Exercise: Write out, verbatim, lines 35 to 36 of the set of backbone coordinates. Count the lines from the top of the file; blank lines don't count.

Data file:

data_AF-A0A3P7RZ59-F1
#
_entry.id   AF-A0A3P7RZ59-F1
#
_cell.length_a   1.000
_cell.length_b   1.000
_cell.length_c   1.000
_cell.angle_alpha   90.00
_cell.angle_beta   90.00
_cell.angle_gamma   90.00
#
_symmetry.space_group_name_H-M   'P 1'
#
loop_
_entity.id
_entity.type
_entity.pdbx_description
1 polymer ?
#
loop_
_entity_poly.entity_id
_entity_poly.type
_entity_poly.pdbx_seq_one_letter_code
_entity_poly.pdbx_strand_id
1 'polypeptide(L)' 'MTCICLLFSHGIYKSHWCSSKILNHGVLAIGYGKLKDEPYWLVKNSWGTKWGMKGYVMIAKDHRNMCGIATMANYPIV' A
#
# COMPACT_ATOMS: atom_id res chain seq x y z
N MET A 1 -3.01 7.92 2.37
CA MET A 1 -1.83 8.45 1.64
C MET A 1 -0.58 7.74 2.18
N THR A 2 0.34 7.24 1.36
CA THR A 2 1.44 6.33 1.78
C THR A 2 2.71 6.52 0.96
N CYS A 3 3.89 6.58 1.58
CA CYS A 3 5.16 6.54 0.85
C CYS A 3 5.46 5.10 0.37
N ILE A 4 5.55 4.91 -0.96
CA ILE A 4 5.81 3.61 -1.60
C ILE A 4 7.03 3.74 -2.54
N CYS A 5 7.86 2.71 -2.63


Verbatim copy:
CA CYS A 3 5.16 6.54 0.85
C CYS A 3 5.46 5.10 0.37